Italy is currently bound to carry out the bureaucratic process aimed at establishing if migrants are allowed to stay in the country or whether they should return to their country of origin.
Mr Berlusconi said the large number of arrivals on Italian coasts warrants for a change in the Dublin III regulations currently forcing Italy to bear the costs of the process.
He said: “Immigration is an extremely urgent issue. In Italy, we have 630,000 migrants, five percent of which has the actual right to remain because they are refugees.
“A strong Government should demand the European Union come forth with all its political and economic weight to help.”
Mr Berlusconi is currently barred from holding public office following a tax scandal, but his coalition stands the strongest chance of winning as the largest party – and immigration is proving a hot potato following a big increase in illegal immigrants arriving from the North African coast.
Speaking to Italian TG5, he suggested the European Union should seek to create “treaties with North African countries to stop migrants from boarding boats on their coasts” to avoid triggering a “social bomb” shaking the foundations of the institution.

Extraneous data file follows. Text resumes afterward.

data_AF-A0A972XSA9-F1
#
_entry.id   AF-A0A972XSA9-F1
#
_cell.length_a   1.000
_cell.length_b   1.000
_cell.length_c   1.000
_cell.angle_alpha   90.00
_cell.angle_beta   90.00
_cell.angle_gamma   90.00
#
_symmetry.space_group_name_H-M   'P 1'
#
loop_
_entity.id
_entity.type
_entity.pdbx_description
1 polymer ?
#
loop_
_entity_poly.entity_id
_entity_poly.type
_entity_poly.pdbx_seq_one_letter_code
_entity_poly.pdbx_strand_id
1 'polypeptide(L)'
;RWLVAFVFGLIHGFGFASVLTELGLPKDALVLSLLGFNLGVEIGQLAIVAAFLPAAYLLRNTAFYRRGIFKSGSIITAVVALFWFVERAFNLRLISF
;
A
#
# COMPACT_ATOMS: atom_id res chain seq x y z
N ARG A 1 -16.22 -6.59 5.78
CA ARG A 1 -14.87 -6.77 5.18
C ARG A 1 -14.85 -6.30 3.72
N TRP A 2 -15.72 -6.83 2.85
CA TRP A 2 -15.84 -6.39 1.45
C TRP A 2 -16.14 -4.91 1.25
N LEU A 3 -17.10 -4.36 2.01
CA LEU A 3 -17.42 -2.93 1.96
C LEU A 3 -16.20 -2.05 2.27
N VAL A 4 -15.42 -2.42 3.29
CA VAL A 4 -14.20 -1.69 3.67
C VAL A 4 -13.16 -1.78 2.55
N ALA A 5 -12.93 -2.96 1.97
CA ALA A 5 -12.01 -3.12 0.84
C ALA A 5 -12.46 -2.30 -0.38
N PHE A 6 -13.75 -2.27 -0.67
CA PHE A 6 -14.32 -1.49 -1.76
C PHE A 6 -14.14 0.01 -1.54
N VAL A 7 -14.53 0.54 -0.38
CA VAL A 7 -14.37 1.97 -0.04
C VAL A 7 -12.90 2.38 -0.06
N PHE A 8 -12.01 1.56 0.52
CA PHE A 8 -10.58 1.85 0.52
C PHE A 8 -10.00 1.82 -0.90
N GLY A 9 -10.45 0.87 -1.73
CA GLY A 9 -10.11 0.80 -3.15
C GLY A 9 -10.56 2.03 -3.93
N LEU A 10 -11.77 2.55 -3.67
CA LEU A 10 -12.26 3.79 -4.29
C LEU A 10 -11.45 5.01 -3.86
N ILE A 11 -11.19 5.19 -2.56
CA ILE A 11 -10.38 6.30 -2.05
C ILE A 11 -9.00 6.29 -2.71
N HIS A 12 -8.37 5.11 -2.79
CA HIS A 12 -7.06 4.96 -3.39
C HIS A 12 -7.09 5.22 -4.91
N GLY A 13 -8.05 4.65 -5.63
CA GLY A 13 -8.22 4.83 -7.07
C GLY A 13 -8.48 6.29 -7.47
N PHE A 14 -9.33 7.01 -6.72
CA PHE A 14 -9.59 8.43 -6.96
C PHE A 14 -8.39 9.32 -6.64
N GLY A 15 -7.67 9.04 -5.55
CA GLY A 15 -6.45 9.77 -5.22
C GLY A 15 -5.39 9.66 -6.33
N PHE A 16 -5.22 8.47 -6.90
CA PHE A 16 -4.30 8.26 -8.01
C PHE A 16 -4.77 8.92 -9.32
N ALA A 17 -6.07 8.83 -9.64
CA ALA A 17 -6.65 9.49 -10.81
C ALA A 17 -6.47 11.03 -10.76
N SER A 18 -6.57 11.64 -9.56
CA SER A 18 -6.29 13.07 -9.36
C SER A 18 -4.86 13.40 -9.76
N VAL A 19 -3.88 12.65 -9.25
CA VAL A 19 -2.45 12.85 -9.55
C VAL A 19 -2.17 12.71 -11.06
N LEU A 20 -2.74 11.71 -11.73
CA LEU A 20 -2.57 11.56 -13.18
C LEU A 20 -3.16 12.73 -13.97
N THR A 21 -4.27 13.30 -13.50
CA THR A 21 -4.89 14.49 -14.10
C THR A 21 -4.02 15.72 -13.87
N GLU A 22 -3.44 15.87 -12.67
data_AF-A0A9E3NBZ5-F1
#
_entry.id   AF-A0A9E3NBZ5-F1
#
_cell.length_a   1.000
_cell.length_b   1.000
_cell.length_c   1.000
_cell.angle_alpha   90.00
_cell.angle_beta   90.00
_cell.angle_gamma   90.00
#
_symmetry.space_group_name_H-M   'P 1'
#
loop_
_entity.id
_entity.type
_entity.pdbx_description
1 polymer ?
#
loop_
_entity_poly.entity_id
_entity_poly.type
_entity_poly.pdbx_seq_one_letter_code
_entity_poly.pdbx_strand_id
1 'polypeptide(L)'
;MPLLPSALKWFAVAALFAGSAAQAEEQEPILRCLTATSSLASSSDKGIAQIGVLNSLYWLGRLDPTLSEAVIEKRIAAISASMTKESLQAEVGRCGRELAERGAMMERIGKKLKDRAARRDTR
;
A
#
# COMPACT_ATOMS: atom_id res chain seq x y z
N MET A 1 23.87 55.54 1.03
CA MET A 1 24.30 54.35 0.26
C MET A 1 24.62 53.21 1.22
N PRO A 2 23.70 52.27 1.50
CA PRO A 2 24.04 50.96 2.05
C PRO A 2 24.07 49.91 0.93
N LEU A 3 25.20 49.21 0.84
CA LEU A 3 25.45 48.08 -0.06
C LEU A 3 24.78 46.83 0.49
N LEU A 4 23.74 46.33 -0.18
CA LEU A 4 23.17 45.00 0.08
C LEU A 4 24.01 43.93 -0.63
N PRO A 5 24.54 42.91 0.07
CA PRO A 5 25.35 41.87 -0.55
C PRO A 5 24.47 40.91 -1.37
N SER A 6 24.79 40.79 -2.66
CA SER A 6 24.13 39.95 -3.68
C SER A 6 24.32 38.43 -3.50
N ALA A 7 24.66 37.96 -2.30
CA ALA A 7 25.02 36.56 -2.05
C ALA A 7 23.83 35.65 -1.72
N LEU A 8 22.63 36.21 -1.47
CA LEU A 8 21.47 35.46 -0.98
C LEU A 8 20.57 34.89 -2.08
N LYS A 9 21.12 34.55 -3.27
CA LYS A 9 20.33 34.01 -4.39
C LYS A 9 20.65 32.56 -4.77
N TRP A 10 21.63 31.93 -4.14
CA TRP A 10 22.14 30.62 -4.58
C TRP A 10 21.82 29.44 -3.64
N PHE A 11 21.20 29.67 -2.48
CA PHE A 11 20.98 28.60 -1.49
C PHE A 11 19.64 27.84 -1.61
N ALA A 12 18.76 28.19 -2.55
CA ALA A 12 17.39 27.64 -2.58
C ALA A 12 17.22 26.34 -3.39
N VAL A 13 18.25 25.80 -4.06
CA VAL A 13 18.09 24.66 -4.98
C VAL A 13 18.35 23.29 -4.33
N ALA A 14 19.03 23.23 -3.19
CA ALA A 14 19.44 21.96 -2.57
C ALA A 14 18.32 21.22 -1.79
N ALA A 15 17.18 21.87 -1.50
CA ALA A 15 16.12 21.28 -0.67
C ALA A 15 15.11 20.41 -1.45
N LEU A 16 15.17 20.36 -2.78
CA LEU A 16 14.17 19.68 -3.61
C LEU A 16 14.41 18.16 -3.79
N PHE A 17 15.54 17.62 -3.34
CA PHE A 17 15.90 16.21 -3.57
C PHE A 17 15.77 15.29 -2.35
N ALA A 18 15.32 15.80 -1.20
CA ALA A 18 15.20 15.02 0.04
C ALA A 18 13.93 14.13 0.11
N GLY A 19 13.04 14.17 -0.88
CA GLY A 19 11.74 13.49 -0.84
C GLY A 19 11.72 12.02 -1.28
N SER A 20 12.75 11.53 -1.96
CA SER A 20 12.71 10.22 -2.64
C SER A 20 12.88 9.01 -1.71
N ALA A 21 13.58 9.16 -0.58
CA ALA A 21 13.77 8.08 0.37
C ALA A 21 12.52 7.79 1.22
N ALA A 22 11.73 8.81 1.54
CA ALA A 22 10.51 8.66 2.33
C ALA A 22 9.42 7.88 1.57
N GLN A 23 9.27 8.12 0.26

The former PM added the best solution would be to create a “Marshal Plan-like” strategy to provide support to the countries of origin to reduce arrivals.
The Marshall Plan was an economic aid programme created by the United States in the aftermath of World War 2 to help war-torn countries recover.
Mr Berlusconi expressed severe criticism of the European Union in the past because of its immigration policy and the effects it had on Italy.
In early 2017 he said: “No country in the world can handle such large immigration. European economies do not have the capacity to offer jobs to all those who arrive.
“Europe must establish a Marshall Plan-like strategy for the countries involved. Only this can help stop this mass immigration currently overtaking Europe.”
The Italian elections will be held on March 4 and opinion polls yesterday put Mr Berlusconi’s centre-right coalition on target for a win but falling just short of an outright majority.